Other more severe medical conditions that can arise are High Altitude Pulmonary Edema (HAPE) and High Altitude Cerebral Edema (HACE). The onset of HAPE is betrayed by a dry cough and difficulty breathing. HACE is marked by slurred speech, severe headaches and disoriented behavior. HACE and HAPE are both potentially fatal and you should always descend to lower altitudes and seek treatment. To reduce the likelihood of mountain sickness, it is advisable to acclimatize by spending an extra night near Park Gate or at the mountain huts above 4000 m. If you temper your zeal for the peaks and take a slow, sensible hike, you’ll enjoy the adventure and be fine.
In general, you need a guide and porters so you can concentrate on the walk. Always go for those who have high altitude experience and are accredited by the park authorities. They know the routes, and a good one is worth its weight in gold, in case of illness and other contingencies. Porters carry the heavy stuff while you carry a daypack with the essentials, such as warm clothes, fire making skills, some food and drink, a flashlight and a first aid kit.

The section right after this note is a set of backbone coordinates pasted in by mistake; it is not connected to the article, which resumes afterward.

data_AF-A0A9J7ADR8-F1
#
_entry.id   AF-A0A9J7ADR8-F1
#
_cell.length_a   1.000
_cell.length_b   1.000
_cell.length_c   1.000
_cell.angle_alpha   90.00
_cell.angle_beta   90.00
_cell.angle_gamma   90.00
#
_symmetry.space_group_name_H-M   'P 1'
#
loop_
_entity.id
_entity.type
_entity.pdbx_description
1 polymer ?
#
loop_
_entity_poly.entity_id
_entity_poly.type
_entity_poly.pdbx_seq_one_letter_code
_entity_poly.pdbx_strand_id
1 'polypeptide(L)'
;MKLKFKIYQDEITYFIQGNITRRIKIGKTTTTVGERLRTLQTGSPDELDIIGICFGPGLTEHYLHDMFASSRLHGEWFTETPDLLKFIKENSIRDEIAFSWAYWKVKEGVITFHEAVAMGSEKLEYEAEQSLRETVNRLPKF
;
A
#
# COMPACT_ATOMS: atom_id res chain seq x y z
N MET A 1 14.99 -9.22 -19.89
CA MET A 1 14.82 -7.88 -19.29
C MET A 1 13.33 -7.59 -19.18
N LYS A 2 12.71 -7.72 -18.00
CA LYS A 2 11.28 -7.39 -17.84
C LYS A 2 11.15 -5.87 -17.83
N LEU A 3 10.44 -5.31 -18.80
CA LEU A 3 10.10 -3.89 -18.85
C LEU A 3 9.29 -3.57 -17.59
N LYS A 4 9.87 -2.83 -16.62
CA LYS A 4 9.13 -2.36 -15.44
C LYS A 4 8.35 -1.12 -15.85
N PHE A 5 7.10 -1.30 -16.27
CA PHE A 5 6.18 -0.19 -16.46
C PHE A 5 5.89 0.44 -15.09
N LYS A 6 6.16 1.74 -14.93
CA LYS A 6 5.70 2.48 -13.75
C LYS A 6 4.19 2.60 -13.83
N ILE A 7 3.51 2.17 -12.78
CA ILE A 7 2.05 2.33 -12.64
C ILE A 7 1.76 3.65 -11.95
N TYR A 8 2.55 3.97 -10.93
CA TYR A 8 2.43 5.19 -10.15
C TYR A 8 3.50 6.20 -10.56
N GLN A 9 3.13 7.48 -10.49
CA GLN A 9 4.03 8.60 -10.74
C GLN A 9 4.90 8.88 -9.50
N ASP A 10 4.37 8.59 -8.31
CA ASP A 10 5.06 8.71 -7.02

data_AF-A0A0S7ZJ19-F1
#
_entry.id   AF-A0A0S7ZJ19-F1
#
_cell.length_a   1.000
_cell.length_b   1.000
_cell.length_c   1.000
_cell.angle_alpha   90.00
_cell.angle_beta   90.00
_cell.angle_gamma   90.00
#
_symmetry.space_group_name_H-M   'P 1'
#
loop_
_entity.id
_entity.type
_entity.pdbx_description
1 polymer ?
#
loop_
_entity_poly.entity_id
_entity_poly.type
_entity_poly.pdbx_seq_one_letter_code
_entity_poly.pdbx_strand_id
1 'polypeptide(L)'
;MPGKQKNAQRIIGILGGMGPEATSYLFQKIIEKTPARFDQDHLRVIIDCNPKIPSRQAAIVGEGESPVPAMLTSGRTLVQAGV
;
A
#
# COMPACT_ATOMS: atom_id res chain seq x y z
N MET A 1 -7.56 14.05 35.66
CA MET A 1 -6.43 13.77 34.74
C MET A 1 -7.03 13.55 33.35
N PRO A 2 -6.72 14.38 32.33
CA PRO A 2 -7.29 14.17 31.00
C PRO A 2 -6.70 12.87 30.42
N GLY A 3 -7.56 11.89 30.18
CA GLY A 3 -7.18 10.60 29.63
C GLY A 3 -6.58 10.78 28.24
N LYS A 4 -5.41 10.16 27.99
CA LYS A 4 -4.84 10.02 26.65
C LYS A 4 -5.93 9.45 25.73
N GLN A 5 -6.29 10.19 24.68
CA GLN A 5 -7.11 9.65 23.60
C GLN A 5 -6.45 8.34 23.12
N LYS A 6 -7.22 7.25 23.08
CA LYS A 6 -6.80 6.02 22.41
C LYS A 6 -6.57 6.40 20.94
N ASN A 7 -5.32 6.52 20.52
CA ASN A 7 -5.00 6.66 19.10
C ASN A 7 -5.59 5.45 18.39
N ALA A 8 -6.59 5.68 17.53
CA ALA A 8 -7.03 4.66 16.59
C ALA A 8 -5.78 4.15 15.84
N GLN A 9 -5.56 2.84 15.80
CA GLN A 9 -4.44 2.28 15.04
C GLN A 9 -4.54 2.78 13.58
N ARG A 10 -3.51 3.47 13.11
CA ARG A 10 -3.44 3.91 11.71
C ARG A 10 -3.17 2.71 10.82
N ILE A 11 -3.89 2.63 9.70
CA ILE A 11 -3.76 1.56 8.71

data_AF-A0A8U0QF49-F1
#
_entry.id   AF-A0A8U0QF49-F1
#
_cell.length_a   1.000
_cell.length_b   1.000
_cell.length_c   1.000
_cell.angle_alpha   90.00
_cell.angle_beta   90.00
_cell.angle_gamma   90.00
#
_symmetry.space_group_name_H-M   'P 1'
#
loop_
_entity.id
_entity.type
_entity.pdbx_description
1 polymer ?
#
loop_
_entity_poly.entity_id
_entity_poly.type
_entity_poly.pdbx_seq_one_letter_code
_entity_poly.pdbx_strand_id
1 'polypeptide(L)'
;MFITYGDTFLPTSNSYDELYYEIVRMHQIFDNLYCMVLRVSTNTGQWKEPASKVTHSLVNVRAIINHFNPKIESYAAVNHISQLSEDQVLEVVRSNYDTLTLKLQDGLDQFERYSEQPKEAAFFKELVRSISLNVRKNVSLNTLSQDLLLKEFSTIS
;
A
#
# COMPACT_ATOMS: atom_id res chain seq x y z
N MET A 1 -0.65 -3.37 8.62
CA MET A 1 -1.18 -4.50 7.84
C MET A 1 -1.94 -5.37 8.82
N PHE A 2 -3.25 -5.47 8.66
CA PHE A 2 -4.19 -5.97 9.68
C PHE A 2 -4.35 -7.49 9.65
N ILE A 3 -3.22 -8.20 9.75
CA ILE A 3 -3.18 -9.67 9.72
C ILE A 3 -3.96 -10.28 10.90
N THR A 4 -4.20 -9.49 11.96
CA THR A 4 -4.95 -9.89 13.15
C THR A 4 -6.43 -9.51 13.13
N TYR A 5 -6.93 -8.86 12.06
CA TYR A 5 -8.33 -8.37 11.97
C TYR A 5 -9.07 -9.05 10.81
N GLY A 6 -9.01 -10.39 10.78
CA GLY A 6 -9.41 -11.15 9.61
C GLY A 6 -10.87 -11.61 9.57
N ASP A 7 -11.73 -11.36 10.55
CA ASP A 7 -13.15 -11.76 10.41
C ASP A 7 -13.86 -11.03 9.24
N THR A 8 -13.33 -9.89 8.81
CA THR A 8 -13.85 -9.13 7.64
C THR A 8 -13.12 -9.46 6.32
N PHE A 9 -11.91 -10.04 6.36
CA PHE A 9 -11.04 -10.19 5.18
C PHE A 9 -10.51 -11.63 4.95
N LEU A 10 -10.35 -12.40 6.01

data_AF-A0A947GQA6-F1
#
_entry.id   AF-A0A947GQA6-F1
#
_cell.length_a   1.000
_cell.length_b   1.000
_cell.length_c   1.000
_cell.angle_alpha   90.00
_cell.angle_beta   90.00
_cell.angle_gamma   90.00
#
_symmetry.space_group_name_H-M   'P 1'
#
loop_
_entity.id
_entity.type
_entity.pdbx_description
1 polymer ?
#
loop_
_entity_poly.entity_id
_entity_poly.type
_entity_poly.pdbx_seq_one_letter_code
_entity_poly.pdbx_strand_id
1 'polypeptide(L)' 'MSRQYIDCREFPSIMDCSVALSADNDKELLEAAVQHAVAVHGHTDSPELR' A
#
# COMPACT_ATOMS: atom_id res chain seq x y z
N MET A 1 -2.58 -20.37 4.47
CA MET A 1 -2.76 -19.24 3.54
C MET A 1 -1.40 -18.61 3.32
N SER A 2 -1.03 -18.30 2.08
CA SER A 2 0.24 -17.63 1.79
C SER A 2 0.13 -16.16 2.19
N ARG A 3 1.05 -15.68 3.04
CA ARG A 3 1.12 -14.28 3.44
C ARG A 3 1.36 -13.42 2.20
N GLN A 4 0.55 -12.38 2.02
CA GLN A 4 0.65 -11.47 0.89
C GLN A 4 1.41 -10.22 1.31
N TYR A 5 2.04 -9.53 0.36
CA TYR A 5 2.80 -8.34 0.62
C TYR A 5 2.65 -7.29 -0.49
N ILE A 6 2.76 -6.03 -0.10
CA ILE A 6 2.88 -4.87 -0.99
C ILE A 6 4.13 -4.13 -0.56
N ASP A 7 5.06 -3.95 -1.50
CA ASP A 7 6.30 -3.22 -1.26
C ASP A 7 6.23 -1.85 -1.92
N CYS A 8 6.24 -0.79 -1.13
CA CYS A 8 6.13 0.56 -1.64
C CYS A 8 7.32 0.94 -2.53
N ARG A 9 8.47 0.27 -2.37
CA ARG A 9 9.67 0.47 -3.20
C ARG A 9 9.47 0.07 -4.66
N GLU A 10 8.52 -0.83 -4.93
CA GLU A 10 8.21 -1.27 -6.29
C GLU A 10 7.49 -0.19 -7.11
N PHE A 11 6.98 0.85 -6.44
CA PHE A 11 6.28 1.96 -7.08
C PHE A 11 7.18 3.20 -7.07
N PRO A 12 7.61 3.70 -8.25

Things you should bring include: warm clothing, waterproof hiking boots, rain gear, sleeping bags, flashlight, sunglasses, and hand gloves. Many escalators find it convenient to buy a Mount Kenya Climbing Package to take advantage of those with local knowledge. Such a package will include transportation, accommodation in mountain huts, meals while climbing, park entry fees, services of an experienced mountain guide and porters and cooks.